Thursday, February 14, 2008


Industrial Biofuels: A Dog Chasing Its Tail

Lately there’s been a lot of bad news about biofuels. We are seeing increasing signs that biofuels have problems that were never anticipated at the beginning. Still people are not giving up. Let me say that personally, I think biofuels can be useful on a small, localized scale, when produced by local people who know how much liquid fuel they need, and how much biomass they can spare to make it. But I see no future in industrial biofuels.

There is a lot of talk about using all kinds of organic “waste” as feedstock for industrial biofuel production. Of course all that stuff going into landfills now should not be discarded, but plans to use that as biofuel feedstock are overlooking some problems.

Take this article, for instance. It suggests using not only cellulosic waste going into landfills, but also crop residue like corn stover, and timber harvest remnants. Biofuels are supposed to replace fossil fuels because the latter are getting too expensive, but at the same time, industrial biofuel operations need to transport feedstock from far and wide to their plants. And that requires fossil fuels (if they used their biofuels to do this, their operations would collapse overnight). As fossil fuels rise in price, there is more incentive to brew biofuels, but costs of fossil fuel inputs continue to escalate. Think of a dog chasing its tail.

Now what about this idea of using crop residue? In their thinking, they are going to gather crop residue from fields, or logging residue from forests, and truck it to their plants. Are they thinking about how much energy it will take to do that? And there is another problem in the offing: As the price of fertilizers continues to rise, there will come a point at which farmers won’t part with their crop residue or livestock waste because they’ll want it to fertilize their fields. It’s an age-old practice that was interrupted by the bonanza of fossil fuels and chemical fertilizers (fossil fuels are used to make and transport chemical fertilizers), but soon it will make a comeback. In fact, when that time comes, farmers and backyard gardeners (there will be many of them) will be looking for any organic inputs they can get their hands on. Since food will trump fuel, guess who will win the contest?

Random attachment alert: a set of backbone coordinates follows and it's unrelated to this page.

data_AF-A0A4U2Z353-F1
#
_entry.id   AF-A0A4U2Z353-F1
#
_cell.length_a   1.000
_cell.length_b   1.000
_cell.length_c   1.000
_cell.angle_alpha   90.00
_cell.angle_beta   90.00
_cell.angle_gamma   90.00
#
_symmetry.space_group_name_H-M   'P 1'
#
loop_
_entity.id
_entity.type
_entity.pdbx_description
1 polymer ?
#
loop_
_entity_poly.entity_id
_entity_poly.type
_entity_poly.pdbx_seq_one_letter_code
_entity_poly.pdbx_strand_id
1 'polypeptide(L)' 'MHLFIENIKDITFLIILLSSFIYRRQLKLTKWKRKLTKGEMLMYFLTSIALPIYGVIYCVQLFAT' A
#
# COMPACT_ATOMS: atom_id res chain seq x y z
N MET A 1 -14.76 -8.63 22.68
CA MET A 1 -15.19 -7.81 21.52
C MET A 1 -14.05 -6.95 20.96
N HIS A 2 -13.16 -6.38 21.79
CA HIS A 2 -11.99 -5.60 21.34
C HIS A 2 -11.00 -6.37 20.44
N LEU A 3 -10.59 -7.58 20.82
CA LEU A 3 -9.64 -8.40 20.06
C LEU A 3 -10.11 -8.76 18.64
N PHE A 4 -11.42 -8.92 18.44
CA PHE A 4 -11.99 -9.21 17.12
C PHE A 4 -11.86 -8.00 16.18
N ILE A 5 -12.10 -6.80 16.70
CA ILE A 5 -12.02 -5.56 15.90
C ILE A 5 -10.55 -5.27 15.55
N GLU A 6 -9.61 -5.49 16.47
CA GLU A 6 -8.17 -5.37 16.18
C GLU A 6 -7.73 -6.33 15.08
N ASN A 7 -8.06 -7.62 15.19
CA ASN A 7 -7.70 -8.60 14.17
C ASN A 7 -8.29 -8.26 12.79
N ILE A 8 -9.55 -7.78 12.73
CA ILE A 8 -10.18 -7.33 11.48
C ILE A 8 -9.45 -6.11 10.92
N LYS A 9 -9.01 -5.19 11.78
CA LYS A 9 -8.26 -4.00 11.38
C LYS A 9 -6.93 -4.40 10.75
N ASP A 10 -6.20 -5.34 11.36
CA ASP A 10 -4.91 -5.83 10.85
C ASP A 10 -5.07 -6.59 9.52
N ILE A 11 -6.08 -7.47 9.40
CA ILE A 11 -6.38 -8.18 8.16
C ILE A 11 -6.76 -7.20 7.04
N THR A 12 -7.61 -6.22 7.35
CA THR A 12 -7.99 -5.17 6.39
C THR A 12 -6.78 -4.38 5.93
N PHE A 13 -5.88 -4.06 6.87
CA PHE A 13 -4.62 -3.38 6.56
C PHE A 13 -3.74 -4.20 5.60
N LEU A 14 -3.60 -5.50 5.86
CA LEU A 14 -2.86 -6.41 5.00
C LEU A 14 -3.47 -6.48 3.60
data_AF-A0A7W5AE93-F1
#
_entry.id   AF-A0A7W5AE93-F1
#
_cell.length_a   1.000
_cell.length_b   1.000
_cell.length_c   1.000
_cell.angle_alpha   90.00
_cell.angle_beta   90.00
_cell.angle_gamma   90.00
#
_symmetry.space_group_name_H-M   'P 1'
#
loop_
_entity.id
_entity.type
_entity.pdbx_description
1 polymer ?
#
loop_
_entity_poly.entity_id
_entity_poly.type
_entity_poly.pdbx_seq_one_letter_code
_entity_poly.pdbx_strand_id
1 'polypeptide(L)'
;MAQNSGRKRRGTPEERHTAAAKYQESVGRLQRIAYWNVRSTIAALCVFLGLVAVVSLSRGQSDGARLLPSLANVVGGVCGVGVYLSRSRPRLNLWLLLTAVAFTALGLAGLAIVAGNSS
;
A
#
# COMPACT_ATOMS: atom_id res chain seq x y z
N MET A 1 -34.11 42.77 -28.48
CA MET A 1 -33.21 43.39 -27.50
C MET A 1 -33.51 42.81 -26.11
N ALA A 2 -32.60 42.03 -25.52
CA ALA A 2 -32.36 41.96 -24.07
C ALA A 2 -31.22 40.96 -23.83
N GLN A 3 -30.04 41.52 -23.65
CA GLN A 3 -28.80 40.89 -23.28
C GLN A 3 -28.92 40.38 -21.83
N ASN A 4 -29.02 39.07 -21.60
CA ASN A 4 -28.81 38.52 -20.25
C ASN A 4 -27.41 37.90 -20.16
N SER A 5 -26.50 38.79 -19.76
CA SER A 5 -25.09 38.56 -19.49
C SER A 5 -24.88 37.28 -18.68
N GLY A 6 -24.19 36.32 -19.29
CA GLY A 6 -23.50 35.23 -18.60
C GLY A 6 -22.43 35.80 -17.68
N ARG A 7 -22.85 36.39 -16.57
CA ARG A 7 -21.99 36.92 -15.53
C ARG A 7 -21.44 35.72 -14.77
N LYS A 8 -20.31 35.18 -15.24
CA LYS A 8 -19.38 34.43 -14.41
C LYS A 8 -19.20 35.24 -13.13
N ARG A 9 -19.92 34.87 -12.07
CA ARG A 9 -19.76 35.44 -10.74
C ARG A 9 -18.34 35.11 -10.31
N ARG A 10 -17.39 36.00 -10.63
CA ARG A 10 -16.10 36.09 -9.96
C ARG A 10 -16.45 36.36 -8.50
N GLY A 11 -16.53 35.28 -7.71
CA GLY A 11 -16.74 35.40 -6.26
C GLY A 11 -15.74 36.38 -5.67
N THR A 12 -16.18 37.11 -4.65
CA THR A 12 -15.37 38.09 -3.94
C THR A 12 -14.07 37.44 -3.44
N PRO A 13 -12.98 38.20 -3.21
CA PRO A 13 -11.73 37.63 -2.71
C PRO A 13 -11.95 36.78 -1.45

So, my sincere advice to industrial biofuel producers is: Get ready to kiss your feedstocks goodbye.

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